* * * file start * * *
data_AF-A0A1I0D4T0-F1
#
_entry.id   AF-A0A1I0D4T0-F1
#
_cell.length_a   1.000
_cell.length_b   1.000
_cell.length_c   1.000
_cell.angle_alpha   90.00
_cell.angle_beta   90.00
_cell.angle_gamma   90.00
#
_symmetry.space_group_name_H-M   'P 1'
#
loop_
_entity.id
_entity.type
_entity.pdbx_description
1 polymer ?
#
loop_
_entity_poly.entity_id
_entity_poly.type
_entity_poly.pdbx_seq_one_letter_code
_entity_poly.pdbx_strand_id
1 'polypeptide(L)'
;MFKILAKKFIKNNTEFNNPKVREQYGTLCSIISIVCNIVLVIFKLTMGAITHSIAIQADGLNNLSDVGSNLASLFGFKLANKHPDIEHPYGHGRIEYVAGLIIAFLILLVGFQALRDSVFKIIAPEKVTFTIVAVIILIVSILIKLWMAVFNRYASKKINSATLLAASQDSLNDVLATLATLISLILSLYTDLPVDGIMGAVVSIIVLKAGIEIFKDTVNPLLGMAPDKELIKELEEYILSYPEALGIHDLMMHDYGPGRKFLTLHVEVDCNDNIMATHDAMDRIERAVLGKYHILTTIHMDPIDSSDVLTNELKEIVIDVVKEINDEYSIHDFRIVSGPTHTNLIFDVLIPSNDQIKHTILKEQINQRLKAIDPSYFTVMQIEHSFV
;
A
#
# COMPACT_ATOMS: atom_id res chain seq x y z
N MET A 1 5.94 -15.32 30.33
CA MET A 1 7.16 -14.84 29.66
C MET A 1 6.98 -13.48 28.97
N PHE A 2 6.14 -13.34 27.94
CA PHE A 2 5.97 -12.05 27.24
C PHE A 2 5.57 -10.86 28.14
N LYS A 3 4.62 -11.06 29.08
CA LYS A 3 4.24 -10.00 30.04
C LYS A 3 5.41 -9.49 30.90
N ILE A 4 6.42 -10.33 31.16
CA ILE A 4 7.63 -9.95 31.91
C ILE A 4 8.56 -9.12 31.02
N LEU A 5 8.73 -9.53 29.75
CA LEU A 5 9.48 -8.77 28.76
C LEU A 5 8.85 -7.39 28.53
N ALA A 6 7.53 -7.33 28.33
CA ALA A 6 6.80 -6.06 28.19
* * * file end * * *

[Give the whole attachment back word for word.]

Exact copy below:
data_AF-A0A1I0D4T0-F1
#
_entry.id   AF-A0A1I0D4T0-F1
#
_cell.length_a   1.000
_cell.length_b   1.000
_cell.length_c   1.000
_cell.angle_alpha   90.00
_cell.angle_beta   90.00
_cell.angle_gamma   90.00
#
_symmetry.space_group_name_H-M   'P 1'
#
loop_
_entity.id
_entity.type
_entity.pdbx_description
1 polymer ?
#
loop_
_entity_poly.entity_id
_entity_poly.type
_entity_poly.pdbx_seq_one_letter_code
_entity_poly.pdbx_strand_id
1 'polypeptide(L)'
;MFKILAKKFIKNNTEFNNPKVREQYGTLCSIISIVCNIVLVIFKLTMGAITHSIAIQADGLNNLSDVGSNLASLFGFKLANKHPDIEHPYGHGRIEYVAGLIIAFLILLVGFQALRDSVFKIIAPEKVTFTIVAVIILIVSILIKLWMAVFNRYASKKINSATLLAASQDSLNDVLATLATLISLILSLYTDLPVDGIMGAVVSIIVLKAGIEIFKDTVNPLLGMAPDKELIKELEEYILSYPEALGIHDLMMHDYGPGRKFLTLHVEVDCNDNIMATHDAMDRIERAVLGKYHILTTIHMDPIDSSDVLTNELKEIVIDVVKEINDEYSIHDFRIVSGPTHTNLIFDVLIPSNDQIKHTILKEQINQRLKAIDPSYFTVMQIEHSFV
;
A
#
# COMPACT_ATOMS: atom_id res chain seq x y z
N MET A 1 5.94 -15.32 30.33
CA MET A 1 7.16 -14.84 29.66
C MET A 1 6.98 -13.48 28.97
N PHE A 2 6.14 -13.34 27.94
CA PHE A 2 5.97 -12.05 27.24
C PHE A 2 5.57 -10.86 28.14
N LYS A 3 4.62 -11.06 29.08
CA LYS A 3 4.24 -10.00 30.04
C LYS A 3 5.41 -9.49 30.90
N ILE A 4 6.42 -10.33 31.16
CA ILE A 4 7.63 -9.95 31.91
C ILE A 4 8.56 -9.12 31.02
N LEU A 5 8.73 -9.53 29.75
CA LEU A 5 9.48 -8.77 28.76
C LEU A 5 8.85 -7.39 28.53
N ALA A 6 7.53 -7.33 28.33
CA ALA A 6 6.80 -6.06 28.19